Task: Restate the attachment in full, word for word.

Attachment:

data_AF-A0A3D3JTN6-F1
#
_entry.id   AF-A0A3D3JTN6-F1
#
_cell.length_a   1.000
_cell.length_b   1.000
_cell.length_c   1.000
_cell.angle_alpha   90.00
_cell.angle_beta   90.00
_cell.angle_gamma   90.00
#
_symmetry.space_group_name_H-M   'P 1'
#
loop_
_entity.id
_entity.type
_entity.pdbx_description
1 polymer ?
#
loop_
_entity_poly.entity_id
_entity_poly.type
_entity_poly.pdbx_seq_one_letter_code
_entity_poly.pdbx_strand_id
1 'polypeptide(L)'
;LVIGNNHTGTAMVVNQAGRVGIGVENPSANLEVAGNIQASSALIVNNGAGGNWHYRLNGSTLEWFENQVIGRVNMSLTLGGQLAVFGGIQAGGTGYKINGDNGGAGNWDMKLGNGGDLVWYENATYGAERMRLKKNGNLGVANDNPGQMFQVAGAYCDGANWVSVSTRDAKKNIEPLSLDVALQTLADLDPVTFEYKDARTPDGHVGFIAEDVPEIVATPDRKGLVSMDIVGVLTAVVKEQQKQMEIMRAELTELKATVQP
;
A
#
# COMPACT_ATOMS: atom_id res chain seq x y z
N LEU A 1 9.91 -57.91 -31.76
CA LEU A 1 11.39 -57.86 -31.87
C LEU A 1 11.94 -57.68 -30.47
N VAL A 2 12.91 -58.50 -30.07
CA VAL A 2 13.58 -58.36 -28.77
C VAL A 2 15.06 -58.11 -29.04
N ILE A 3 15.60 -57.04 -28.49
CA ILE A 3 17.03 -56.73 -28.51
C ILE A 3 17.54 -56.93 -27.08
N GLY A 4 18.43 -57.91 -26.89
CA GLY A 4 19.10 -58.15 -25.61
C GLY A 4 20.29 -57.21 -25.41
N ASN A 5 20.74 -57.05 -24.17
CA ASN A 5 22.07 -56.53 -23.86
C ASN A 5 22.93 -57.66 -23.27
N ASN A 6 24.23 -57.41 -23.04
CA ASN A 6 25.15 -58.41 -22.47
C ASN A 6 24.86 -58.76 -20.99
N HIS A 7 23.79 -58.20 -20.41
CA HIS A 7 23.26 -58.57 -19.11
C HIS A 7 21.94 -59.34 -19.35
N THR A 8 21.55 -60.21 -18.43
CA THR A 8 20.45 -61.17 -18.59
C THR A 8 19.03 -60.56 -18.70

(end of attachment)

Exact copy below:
data_AF-A0A3D3JTN6-F1
#
_entry.id   AF-A0A3D3JTN6-F1
#
_cell.length_a   1.000
_cell.length_b   1.000
_cell.length_c   1.000
_cell.angle_alpha   90.00
_cell.angle_beta   90.00
_cell.angle_gamma   90.00
#
_symmetry.space_group_name_H-M   'P 1'
#
loop_
_entity.id
_entity.type
_entity.pdbx_description
1 polymer ?
#
loop_
_entity_poly.entity_id
_entity_poly.type
_entity_poly.pdbx_seq_one_letter_code
_entity_poly.pdbx_strand_id
1 'polypeptide(L)'
;LVIGNNHTGTAMVVNQAGRVGIGVENPSANLEVAGNIQASSALIVNNGAGGNWHYRLNGSTLEWFENQVIGRVNMSLTLGGQLAVFGGIQAGGTGYKINGDNGGAGNWDMKLGNGGDLVWYENATYGAERMRLKKNGNLGVANDNPGQMFQVAGAYCDGANWVSVSTRDAKKNIEPLSLDVALQTLADLDPVTFEYKDARTPDGHVGFIAEDVPEIVATPDRKGLVSMDIVGVLTAVVKEQQKQMEIMRAELTELKATVQP
;
A
#
# COMPACT_ATOMS: atom_id res chain seq x y z
N LEU A 1 9.91 -57.91 -31.76
CA LEU A 1 11.39 -57.86 -31.87
C LEU A 1 11.94 -57.68 -30.47
N VAL A 2 12.91 -58.50 -30.07
CA VAL A 2 13.58 -58.36 -28.77
C VAL A 2 15.06 -58.11 -29.04
N ILE A 3 15.60 -57.04 -28.49
CA ILE A 3 17.03 -56.73 -28.51
C ILE A 3 17.54 -56.93 -27.08
N GLY A 4 18.43 -57.91 -26.89
CA GLY A 4 19.10 -58.15 -25.61
C GLY A 4 20.29 -57.21 -25.41
N ASN A 5 20.74 -57.05 -24.17
CA ASN A 5 22.07 -56.53 -23.86
C ASN A 5 22.93 -57.66 -23.27
N ASN A 6 24.23 -57.41 -23.04
CA ASN A 6 25.15 -58.41 -22.47
C ASN A 6 24.86 -58.76 -20.99
N HIS A 7 23.79 -58.20 -20.41
CA HIS A 7 23.26 -58.57 -19.11
C HIS A 7 21.94 -59.34 -19.35
N THR A 8 21.55 -60.21 -18.43
CA THR A 8 20.45 -61.17 -18.59
C THR A 8 19.03 -60.56 -18.70